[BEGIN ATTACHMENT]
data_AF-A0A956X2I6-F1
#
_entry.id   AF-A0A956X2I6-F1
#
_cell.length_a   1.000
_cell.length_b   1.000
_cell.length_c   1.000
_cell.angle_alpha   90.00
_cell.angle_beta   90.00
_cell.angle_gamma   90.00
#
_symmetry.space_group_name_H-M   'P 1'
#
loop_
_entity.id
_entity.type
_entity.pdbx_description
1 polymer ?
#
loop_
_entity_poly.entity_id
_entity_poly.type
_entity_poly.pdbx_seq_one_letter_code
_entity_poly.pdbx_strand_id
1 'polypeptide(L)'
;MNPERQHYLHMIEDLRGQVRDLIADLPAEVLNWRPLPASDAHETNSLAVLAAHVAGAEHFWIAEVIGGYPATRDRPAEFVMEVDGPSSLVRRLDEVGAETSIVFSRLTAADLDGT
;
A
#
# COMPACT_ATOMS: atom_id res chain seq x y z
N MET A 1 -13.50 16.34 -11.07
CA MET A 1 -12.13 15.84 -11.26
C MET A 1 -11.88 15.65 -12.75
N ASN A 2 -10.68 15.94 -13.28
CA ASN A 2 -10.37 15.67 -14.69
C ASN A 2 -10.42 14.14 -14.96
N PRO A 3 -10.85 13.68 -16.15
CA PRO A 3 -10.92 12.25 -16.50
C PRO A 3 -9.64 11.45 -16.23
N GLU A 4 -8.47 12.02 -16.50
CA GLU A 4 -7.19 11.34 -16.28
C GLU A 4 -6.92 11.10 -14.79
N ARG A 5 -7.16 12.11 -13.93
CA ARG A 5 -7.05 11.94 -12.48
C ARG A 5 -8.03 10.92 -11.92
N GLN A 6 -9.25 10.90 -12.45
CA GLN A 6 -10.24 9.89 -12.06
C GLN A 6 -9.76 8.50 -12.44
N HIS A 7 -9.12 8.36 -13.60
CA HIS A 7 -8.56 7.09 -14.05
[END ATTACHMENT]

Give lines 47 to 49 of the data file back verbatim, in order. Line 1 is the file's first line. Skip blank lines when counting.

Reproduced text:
CA GLN A 6 -10.24 9.89 -12.06
C GLN A 6 -9.76 8.50 -12.44
N HIS A 7 -9.12 8.36 -13.60